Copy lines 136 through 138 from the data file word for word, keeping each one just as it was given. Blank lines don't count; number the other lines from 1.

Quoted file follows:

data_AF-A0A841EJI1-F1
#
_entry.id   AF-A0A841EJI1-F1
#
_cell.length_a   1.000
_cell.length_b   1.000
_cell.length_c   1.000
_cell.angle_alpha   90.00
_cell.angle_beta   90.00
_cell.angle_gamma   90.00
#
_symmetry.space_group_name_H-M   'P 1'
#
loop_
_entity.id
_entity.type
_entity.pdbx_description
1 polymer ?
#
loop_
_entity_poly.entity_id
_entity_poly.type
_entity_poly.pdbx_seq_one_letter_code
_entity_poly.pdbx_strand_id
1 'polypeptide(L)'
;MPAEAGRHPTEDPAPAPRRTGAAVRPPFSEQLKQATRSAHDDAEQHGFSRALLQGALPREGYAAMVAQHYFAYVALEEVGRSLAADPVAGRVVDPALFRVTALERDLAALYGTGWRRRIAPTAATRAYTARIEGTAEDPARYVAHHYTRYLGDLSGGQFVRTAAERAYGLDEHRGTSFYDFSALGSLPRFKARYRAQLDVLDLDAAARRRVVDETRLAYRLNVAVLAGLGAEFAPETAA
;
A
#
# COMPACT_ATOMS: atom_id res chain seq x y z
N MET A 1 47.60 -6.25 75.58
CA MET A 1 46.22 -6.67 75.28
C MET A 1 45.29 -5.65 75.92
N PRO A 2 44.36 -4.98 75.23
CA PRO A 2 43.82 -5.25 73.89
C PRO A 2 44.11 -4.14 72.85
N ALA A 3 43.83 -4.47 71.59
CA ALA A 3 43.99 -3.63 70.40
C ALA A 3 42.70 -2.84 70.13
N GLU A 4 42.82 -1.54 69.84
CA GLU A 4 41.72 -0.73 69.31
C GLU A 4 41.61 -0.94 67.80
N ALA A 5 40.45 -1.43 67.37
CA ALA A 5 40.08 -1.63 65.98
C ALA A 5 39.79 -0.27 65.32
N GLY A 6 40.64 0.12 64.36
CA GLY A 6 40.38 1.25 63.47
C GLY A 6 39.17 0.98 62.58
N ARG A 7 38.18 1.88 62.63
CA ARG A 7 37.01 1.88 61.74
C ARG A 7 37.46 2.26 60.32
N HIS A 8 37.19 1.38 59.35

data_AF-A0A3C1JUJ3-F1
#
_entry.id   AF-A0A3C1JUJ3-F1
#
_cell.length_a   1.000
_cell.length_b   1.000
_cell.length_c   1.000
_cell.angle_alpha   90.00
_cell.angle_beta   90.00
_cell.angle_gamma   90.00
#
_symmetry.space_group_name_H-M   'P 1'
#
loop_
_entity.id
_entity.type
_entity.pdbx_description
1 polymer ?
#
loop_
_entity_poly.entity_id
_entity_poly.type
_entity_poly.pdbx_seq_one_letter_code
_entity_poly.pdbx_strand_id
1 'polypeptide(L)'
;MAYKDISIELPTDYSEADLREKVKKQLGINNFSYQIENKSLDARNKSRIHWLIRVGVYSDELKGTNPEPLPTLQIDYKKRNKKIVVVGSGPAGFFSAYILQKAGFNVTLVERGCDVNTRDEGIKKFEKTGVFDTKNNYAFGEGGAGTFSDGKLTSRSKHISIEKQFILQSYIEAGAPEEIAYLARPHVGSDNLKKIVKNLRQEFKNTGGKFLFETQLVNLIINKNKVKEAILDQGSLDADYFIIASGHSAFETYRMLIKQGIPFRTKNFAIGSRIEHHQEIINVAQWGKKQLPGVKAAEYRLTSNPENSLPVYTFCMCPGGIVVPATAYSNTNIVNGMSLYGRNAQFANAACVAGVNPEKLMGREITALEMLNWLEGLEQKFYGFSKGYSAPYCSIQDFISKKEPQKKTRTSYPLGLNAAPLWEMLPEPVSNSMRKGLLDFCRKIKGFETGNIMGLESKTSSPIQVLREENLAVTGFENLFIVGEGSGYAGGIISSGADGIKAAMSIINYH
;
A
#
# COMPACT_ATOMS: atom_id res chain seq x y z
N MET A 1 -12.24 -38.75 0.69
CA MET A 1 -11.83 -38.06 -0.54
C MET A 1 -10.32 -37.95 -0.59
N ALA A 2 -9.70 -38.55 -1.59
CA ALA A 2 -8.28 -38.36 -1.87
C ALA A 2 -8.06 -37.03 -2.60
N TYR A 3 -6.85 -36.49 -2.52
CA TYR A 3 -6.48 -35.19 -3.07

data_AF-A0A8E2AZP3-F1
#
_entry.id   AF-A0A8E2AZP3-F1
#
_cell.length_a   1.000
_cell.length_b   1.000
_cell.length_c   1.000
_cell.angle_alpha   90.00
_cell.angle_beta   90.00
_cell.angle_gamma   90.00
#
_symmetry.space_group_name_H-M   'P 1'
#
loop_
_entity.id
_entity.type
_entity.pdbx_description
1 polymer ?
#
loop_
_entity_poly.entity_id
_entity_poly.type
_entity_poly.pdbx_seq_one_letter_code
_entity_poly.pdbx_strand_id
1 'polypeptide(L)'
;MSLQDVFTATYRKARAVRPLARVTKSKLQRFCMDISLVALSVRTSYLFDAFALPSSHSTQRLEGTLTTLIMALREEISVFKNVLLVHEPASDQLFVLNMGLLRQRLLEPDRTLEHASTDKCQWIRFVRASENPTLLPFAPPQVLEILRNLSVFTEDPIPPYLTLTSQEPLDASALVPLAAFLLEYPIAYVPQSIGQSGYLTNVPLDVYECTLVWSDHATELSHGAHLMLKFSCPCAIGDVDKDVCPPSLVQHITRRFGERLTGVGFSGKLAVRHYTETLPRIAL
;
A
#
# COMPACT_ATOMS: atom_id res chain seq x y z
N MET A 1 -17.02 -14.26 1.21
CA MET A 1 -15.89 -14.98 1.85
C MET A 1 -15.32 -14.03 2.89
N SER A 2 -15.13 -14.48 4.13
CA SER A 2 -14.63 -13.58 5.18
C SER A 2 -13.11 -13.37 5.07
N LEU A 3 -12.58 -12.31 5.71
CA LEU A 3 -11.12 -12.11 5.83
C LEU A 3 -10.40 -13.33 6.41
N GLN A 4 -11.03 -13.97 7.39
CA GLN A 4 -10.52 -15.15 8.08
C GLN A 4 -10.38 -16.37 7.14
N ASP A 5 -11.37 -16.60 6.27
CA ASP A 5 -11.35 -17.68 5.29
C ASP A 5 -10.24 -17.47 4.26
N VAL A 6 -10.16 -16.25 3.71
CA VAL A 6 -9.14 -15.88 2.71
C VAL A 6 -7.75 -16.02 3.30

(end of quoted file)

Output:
N VAL A 6 -10.16 -16.25 3.71
CA VAL A 6 -9.14 -15.88 2.71
C VAL A 6 -7.75 -16.02 3.30